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VIC Stem Cell Network - Monthly Seminar Series (April 2013)

04:00 AM - Tuesday 09 April, 2013

On Tuesday 9th April at 4pm, Professor David Haylock,  Stream Leader, Stem Cell Research, Materials Science and Engineering, CSIRO will be our guest speaker.

Please note change of venue – Ground Floor, Education Centre, Melbourne Brain Centre, The University of Melbourne and as the first Tuesday of this month is Easter Tuesday we will be conducting this seminar on the 2nd Tuesday of the month – the 9th April.

David is best known for his pioneering work on blood stem cell mobilization and transplantation and long term interests in ex vivo manipulation of haemopoietic stem cells (HSC). From 2000-2005, as Head of Experimental Cell Therapy at the Peter MacCallum Cancer Centre in Melbourne, Australia, David led Australia’s first clinical trial with ex vivo expanded CD34+ cells in the setting of repetitive high dose chemotherapy for metastatic breast cancer. David is currently an ARC Future Fellow and Science Leader within the Material Science and Engineering division of CSIRO. His group investigates stem cell-material interactions and a key focus is development of bioreactor technology for growth of megakaryocytes and platelets for transfusion.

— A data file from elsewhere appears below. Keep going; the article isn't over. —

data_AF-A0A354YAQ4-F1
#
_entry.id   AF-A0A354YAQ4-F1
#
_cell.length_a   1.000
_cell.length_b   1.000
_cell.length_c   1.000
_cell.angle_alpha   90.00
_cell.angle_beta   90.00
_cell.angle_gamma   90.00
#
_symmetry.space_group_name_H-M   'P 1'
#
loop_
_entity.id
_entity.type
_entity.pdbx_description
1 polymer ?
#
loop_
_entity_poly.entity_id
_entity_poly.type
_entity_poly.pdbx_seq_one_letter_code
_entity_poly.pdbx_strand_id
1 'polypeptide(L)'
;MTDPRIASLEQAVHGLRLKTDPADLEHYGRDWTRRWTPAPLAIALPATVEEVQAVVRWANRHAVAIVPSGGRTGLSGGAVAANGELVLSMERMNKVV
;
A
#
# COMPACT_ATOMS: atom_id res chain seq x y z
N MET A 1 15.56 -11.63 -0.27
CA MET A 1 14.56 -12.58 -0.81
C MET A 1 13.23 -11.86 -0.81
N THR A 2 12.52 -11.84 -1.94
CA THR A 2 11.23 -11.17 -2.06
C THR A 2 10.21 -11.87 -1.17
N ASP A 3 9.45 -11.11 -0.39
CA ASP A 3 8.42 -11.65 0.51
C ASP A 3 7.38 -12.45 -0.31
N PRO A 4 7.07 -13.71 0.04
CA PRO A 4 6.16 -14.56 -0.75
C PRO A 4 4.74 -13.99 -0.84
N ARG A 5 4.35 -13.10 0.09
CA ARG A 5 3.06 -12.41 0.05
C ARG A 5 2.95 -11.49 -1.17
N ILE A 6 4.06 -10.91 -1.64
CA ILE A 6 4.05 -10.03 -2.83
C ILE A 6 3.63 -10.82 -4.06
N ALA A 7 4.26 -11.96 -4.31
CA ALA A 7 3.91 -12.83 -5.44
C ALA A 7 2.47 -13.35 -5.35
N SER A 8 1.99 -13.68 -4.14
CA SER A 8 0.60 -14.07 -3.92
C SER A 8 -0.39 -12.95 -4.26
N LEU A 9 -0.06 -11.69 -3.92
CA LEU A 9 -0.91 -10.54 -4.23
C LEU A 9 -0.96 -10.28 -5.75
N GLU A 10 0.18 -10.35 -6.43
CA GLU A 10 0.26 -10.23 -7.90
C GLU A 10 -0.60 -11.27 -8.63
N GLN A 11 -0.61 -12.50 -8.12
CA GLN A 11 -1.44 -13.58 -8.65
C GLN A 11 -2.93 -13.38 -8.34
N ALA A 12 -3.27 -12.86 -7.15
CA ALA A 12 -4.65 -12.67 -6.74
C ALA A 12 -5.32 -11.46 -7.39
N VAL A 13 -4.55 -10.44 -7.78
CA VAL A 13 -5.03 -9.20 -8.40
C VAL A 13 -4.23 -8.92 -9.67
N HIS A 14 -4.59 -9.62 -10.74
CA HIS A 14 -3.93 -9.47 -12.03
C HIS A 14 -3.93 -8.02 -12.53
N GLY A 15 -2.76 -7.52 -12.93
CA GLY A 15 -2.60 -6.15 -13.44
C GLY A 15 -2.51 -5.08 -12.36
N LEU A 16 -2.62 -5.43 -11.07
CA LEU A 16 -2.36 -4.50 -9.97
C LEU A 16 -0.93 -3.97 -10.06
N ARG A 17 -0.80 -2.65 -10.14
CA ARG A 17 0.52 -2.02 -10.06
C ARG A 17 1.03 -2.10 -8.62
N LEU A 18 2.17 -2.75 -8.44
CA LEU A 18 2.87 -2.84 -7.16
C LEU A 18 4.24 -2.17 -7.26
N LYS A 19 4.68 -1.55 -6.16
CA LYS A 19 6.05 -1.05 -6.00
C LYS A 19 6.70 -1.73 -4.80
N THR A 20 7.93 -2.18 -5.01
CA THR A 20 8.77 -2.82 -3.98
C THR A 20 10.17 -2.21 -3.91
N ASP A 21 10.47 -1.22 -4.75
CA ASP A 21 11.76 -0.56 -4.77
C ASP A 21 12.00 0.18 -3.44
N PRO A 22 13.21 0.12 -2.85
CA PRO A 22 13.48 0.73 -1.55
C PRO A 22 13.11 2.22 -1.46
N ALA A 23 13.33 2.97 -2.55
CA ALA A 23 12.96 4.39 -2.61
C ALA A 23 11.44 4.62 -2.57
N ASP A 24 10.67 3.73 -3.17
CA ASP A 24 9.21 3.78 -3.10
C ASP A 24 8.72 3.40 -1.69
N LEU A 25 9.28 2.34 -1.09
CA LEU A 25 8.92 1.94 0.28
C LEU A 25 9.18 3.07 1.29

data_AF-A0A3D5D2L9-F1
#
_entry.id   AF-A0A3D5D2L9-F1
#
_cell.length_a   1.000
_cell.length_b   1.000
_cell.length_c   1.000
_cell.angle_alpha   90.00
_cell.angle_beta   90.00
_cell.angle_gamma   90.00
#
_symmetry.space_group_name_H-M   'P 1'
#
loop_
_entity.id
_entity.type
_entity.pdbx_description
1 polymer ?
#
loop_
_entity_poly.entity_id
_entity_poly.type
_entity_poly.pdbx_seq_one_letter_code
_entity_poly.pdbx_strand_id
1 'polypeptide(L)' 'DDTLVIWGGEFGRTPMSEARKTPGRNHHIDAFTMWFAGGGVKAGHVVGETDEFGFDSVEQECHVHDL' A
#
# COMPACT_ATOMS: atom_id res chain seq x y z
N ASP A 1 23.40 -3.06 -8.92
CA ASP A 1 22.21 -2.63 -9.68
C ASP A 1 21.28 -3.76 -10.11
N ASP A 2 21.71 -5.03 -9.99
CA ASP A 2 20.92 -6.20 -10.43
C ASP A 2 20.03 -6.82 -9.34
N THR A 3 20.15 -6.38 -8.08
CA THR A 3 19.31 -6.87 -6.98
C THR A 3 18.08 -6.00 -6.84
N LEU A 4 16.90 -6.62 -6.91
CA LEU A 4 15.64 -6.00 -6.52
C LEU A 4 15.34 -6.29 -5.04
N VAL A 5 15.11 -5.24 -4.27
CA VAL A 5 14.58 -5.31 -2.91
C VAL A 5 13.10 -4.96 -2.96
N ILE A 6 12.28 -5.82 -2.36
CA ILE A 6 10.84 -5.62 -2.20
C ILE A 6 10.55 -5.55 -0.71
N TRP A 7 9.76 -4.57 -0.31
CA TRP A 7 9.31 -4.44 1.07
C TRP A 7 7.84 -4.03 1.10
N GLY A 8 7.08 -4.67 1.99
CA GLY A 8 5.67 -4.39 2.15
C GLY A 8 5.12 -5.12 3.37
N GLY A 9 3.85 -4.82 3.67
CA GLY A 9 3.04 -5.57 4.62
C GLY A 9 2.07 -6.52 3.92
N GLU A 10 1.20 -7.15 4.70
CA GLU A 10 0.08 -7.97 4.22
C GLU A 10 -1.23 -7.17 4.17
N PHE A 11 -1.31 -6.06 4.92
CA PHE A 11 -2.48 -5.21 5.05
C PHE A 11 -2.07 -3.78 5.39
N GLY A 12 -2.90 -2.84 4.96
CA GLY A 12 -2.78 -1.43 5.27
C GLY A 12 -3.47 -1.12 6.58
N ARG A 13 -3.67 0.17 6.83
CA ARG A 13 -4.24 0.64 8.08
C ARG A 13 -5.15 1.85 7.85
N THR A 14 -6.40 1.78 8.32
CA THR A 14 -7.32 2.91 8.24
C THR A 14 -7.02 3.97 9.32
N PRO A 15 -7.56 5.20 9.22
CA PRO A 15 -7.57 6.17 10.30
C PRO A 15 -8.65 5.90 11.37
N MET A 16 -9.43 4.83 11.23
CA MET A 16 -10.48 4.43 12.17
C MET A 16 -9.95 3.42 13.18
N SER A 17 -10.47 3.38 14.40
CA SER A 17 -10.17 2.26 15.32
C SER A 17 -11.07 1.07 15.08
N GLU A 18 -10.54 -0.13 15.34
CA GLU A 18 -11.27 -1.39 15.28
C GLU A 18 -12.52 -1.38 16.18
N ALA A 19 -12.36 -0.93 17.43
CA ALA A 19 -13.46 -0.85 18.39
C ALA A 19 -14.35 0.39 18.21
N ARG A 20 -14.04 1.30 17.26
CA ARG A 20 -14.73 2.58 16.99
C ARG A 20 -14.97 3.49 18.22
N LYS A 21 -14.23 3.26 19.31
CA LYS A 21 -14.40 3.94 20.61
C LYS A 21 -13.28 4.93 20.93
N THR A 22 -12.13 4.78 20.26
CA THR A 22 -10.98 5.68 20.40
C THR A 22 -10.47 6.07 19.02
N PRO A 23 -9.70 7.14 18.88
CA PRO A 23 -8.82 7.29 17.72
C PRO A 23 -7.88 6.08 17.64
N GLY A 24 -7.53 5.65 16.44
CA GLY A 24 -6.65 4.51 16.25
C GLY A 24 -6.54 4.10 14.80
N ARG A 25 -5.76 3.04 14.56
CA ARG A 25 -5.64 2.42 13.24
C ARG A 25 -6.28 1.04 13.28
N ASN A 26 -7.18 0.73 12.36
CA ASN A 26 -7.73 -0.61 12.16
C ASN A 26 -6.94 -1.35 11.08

“Bio-manufacturing challenges in producing human platelets for transfusion"


Generation of functional platelets for transfusion is a difficult biological and technical challenge given that at least 1 x 1012 platelets would need to be generated from a limited number of haemopoietic stem cells. Our approach involves optimization of three linked stages including HSC expansion, megakaryocyte differentiation and maturation and finally conversion of large polyploid megakaryocytes into functional platelets. The approaches being adopted are inspired by a desire to replicate key features of the haemopoietic stem cell niche and the intimate contact between megakaryocytes and endothelial cells within bone marrow sinusoids. The presentation will highlight recent progress in the design and testing of prototype, two chamber perfusion-based bioreactors for this purpose.